- Nearly half (49%) of U.S. CEOs “have a high M&A appetite and will likely undertake acquisitions that have a significant impact” on their companies during the next three years, KPMG found in a survey of 1,325 CEOs worldwide, including 400 chief executives in the U.S.
- Looking ahead to the next three years, the CEOs flagged as top risks tax, supply chain, reputation, climate and cybersecurity, KPMG said, describing results from the survey of chief executives in 11 countries from June 29 until Aug. 6.
- “CEOs are striking the delicate balance of driving a growth strategy inclusive of M&A that is aligned with their ESG and digital strategies, while still leading their organizations through uncertainty caused by the ongoing COVID-19 pandemic,” Paul Knopp, KPMG U.S. Chair and CEO, said in a statement.
U.S. and worldwide deal-making hit record highs during the first six months of this year as buyers took advantage of record-low interest rates, Refinitiv said. The $1.3 trillion in U.S. deal value accounted for 47% of the $2.8 trillion total worldwide during the period.
Robust deal-making in North America will probably persist “as cash-rich companies, fueled by low borrowing costs, look to expand during the economic rebound,” S&P Global Market Intelligence said in a report. Companies during the second quarter announced 5,712 deals with targets in the U.S. and Canada valued at $604.5 billion.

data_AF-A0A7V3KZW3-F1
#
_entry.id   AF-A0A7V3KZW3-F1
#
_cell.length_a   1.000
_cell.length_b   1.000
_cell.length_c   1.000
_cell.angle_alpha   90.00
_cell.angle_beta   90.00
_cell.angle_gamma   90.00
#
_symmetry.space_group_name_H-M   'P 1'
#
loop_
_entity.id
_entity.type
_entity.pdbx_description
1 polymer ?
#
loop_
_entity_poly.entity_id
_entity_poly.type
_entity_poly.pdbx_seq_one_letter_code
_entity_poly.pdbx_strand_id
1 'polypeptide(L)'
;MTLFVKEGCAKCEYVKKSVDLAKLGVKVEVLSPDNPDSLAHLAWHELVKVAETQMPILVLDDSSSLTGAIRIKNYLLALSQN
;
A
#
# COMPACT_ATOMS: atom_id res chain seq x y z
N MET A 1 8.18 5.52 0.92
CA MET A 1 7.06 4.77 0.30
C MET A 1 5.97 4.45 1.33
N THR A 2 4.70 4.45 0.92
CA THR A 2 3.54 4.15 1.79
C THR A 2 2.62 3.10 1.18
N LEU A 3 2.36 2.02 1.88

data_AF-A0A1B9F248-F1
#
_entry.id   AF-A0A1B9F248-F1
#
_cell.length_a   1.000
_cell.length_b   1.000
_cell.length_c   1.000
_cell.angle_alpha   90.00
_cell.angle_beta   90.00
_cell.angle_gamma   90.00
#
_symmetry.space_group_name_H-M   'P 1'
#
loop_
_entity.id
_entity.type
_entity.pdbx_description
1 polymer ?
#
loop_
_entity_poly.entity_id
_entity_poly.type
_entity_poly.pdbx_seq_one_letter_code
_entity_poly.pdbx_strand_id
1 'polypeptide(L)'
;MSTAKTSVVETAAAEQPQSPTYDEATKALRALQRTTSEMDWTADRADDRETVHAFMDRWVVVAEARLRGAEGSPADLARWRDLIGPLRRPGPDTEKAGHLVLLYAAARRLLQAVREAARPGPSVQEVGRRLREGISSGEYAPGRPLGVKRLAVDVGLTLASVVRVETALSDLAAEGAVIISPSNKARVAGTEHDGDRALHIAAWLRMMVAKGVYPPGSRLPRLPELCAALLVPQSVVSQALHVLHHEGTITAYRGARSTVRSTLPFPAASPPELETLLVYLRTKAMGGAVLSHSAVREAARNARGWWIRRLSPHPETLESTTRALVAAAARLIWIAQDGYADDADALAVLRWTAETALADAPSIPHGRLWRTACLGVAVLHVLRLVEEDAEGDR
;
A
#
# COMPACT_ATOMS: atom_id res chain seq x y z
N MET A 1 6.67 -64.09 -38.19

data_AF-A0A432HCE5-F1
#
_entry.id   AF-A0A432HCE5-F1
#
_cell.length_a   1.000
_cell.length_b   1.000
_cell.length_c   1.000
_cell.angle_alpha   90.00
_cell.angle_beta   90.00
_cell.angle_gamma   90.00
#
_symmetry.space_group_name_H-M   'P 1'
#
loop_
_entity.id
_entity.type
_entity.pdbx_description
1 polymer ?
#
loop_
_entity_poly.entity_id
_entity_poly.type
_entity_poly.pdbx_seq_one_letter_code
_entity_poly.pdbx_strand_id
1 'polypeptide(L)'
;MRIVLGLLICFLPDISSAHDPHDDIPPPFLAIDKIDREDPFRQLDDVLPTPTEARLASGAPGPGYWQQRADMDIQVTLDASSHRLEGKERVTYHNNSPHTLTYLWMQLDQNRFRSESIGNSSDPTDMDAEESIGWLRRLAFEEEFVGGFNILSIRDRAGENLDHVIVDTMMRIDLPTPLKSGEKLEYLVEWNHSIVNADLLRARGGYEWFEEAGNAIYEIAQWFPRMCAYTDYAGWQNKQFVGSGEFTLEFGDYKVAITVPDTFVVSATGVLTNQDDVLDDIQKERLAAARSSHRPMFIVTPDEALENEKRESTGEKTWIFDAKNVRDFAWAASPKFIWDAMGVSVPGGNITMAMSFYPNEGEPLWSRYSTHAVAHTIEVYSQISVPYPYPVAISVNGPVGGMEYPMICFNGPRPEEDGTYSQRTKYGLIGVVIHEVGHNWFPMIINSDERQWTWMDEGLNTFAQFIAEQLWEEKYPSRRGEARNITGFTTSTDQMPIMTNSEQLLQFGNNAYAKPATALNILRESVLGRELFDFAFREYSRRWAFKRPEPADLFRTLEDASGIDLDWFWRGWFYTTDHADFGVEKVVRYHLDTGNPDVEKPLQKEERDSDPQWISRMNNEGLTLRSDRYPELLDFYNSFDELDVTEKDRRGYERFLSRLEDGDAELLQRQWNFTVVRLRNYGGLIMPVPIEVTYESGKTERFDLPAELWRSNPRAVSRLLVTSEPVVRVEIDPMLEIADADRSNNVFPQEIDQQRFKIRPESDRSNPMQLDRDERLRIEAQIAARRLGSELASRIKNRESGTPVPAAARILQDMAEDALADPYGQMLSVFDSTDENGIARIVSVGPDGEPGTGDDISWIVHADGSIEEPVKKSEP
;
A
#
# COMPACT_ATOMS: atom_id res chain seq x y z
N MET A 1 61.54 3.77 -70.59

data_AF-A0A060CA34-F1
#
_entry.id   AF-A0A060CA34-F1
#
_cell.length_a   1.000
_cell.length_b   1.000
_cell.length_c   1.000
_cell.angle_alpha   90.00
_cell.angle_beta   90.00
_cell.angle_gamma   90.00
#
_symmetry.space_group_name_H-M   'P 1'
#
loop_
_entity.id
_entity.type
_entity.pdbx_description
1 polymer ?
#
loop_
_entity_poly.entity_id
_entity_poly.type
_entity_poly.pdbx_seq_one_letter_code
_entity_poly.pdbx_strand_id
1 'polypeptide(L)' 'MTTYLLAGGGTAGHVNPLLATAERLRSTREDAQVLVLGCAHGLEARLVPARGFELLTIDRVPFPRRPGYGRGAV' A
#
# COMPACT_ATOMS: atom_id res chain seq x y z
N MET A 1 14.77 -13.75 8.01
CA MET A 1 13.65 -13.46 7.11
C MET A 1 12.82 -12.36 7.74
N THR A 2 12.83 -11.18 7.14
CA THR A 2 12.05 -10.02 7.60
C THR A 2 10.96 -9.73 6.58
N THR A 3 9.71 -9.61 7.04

“Acquisitive companies have been on a tear of purchases since September 2020 as government spending and supportive monetary policy removed the risk of mass defaults,” S&P Global said. Despite the Biden administration’s pledge to curb anti-competitive business practices, “the conditions supporting the breakneck pace of deal-making appear primed to last.”
Deal-makers can draw on abundant capital. Leading stock indexes in the U.S. have recently hit record highs and the Federal Reserve recently pledged to hold the benchmark interest rate at a record low as it considers when to begin tapering monthly purchases of $120 billion in bonds.
Thirty-seven percent of CEOs “have a moderate M&A appetite and will make acquisitions that have a moderate impact” on their companies, according to KPMG.
Other findings include:
- 77% of CEOs said the 15% minimum global corporate tax promoted by the Biden administration and endorsed in June by 130 countries poses a “significant” challenge to their growth goals;
- only 11% of CEOs said their companies are well prepared for a cyber attack, and 65% have a plan to respond to a ransomware attack;
- 75% said they need to speed up the shift to digital opportunities and divest businesses that face digital obsolescence, while 77% characterized their digital investment strategy as “aggressive,” or aimed at securing first-mover or fast-follower advantages;
- 52% said they face “significant demand” from stakeholders for increased reporting and transparency on environmental, social and governance (ESG) issues;
- 82% said the pandemic has prompted them to shift their focus toward the social aspects of ESG;
- 59% of CEOs said they will consider shared office space to allow greater flexibility toward remote work, and 26% have already shrunk their office footprint.
KPMG surveyed chief executives in Australia, Canada, China, France, Germany, India, Italy, Japan, Spain, U.K. and U.S. Annual revenue at one-third of the companies exceeded $10 billion. Revenue at all the companies exceeded $500 million.